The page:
Community Gardens Aiding Community Needs

Smell, Taste, and Food Insecurity

The development of smell and taste are key to developing healthy nutrition habits in young children. Proper nutrition, in turn, is vital to early brain development. For a child's brain to develop normally, a blend of vitamins and nutrients is required. A lack of particular nutrients, like iron or iodine, can cause serious and lasting harm to cognitive and motor development.1,2 The effect of most nutrient shortages depends on the extent and duration of the shortage. In many cases, the brain's need for a particular nutrient changes throughout its development. Early shortages can reduce cell production while later shortages can affect cell size and complexity. Nutrient deficits also affect the complex chemical processes of the brain and can lead to less efficient communication between brain cells. Simply put, early nutrition is critical.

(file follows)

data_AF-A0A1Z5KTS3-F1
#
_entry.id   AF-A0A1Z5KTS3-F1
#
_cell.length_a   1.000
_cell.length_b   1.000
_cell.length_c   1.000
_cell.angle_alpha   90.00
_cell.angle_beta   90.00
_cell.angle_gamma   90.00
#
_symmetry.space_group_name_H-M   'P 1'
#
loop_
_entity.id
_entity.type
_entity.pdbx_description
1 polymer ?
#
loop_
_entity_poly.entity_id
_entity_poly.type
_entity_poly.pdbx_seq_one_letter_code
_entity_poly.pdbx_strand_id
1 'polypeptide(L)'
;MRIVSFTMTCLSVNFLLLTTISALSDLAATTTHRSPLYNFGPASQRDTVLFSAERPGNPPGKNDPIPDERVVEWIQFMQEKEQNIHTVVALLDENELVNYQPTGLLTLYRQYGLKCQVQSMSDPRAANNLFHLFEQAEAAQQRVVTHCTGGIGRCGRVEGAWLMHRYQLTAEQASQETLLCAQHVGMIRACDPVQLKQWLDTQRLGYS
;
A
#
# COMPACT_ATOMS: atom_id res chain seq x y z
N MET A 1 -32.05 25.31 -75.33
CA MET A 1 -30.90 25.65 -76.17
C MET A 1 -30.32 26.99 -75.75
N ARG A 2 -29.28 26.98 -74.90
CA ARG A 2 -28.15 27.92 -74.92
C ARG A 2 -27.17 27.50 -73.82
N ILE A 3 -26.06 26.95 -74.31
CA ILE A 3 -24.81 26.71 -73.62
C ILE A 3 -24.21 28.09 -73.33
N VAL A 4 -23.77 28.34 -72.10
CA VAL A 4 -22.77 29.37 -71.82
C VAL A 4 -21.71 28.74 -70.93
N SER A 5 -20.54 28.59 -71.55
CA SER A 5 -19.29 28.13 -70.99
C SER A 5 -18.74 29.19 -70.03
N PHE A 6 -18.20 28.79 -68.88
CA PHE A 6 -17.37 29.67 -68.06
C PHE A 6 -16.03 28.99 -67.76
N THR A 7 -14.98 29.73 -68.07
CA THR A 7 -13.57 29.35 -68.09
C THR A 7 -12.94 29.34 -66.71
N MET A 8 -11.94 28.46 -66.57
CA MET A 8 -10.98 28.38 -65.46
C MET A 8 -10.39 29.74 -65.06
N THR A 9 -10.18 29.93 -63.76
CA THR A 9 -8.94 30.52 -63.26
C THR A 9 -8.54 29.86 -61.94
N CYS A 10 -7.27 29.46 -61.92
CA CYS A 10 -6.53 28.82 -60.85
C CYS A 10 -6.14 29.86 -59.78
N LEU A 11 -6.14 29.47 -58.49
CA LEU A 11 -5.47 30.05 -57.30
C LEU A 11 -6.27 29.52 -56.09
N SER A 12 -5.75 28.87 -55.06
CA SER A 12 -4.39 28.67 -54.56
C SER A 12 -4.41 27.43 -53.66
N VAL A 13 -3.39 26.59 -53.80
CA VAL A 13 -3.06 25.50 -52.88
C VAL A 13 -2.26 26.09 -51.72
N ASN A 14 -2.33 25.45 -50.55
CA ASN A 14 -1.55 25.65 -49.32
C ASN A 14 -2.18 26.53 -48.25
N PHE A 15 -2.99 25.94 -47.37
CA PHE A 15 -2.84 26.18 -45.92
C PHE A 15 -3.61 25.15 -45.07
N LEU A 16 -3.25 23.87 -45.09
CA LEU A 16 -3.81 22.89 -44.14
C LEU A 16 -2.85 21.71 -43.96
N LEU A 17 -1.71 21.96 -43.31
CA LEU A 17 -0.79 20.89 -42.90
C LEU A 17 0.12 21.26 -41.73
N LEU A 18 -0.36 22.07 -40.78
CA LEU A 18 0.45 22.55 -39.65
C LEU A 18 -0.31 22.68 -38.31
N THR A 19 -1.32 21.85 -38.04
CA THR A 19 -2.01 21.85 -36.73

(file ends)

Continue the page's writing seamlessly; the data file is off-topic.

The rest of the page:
Early nutrition is a troubling issue in Memphis, which was recently singled out as the most food insecure city in the nation by the nonpartisan Food Research Action Center.3 Additionally, there are numerous "food deserts" across our city - areas where residents have little if any access to fresh and nutritious, let alone affordable, foods (Click here to view the USDA Food Desert Locator.)